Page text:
Favourite Characters? This is a question where my readers and I seem to differ. My readers seem to all prefer Keira, the badass Fire Mage with the potty mouth and a whisky habit, but personally I love Daphne Holdfast, especially her stoic calm in the face of the hundred horrible things I send her way!
Does writing energise or exhaust? It seems contradictory, but both! My head buzzes with energy, while I feel drained at the same time. It’s an odd experience.
Writing Kryptonite? The only thing that stops me writing is lack of time, otherwise I make myself keep going, no matter how I feel.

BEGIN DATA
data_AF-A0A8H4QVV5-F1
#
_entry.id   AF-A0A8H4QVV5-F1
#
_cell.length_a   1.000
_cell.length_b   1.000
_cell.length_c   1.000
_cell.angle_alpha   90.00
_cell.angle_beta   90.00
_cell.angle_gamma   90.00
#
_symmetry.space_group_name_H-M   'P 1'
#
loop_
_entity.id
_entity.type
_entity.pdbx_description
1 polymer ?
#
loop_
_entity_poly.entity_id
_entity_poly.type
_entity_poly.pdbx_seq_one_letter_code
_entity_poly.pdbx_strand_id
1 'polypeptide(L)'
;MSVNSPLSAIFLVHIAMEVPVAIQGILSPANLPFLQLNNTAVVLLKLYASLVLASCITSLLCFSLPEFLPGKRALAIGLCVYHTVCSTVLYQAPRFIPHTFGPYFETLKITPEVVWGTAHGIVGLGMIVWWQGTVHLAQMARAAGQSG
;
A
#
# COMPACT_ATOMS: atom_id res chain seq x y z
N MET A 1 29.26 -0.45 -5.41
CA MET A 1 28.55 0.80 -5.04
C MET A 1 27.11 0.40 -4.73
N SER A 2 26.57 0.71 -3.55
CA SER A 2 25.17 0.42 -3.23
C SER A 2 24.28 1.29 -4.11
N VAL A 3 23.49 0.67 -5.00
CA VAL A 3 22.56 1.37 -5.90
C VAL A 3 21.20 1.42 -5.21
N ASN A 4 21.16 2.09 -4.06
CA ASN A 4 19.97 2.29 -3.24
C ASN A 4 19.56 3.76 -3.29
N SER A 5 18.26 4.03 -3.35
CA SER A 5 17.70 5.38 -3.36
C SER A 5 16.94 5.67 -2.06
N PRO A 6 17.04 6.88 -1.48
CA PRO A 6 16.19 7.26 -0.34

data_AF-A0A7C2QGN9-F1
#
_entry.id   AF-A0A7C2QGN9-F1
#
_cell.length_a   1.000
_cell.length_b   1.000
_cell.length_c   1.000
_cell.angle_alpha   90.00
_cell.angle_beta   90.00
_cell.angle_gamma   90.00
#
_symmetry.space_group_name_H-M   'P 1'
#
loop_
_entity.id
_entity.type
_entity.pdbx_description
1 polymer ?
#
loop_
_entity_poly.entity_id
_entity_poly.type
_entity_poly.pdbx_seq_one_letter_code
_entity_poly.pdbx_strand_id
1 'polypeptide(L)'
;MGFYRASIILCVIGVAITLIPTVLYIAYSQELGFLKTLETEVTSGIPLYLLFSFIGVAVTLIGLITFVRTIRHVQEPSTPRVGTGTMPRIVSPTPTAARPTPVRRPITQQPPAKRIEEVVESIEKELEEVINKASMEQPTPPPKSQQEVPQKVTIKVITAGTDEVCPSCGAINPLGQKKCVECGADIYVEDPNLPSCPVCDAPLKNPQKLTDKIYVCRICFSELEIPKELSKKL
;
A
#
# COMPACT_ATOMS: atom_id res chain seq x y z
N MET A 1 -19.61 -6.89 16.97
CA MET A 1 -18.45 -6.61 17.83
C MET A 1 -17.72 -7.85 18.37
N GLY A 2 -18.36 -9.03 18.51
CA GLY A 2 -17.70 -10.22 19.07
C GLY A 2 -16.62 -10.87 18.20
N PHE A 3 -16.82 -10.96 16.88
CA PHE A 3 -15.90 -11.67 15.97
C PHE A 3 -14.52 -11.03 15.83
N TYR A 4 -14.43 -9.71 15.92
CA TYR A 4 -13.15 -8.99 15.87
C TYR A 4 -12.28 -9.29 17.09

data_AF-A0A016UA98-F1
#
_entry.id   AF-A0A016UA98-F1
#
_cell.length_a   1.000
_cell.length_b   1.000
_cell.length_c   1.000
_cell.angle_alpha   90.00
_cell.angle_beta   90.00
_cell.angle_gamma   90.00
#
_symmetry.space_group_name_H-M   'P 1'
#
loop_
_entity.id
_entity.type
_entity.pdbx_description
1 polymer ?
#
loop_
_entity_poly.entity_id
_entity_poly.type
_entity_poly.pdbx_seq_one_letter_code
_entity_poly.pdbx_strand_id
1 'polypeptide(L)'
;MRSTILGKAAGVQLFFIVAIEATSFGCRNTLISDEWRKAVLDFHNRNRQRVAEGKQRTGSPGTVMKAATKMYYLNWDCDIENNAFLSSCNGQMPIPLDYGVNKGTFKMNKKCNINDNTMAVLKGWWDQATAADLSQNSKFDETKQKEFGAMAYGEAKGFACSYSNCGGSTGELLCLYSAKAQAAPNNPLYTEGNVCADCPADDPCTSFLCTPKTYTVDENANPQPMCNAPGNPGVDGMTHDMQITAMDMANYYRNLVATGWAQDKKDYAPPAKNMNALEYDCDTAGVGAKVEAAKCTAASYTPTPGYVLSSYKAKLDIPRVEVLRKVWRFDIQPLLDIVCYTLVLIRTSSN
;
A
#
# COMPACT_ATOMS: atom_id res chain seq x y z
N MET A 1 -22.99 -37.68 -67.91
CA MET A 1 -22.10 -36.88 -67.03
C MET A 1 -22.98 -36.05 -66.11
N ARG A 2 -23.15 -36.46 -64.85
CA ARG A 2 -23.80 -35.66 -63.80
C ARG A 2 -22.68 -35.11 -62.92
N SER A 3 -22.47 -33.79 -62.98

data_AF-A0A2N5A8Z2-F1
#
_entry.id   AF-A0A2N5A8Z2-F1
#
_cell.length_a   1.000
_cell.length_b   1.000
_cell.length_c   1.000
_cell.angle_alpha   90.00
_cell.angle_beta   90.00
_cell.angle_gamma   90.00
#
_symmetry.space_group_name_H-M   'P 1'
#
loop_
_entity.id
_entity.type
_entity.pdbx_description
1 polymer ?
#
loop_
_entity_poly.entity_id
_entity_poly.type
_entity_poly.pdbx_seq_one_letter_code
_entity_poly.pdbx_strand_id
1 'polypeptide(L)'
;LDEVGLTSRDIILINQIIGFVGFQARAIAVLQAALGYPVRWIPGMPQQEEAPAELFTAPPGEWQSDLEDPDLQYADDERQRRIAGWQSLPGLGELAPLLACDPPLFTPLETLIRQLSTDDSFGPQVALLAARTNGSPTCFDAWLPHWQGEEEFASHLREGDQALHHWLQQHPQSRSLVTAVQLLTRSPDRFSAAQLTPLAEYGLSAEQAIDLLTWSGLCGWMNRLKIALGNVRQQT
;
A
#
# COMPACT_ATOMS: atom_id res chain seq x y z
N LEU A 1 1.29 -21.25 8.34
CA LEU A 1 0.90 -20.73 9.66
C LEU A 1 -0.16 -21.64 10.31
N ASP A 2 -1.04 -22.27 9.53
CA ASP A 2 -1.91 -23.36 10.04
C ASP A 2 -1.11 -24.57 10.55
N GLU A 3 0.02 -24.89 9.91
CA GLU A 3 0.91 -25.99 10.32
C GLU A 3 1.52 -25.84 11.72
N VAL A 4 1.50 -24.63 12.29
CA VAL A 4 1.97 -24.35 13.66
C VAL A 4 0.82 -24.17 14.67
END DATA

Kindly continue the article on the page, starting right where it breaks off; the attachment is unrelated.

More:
Original or deliver what readers want? The reactions from my readers appear to tell me that no one can predict what’s going to happen in my stories, so I’m going to go with unintentionally original.
What question would I like to be asked? “Who has given you the most support?” I would like to be asked this question, so that I can give credit to my amazing wife, who has inspired and supported me since the beginning – in fact it was her encouragement that got me writing in the first place. She reads every chapter as soon as it’s been drafted, and her advice has kept me from making countless mistakes. A true partnership.
Where can fans follow?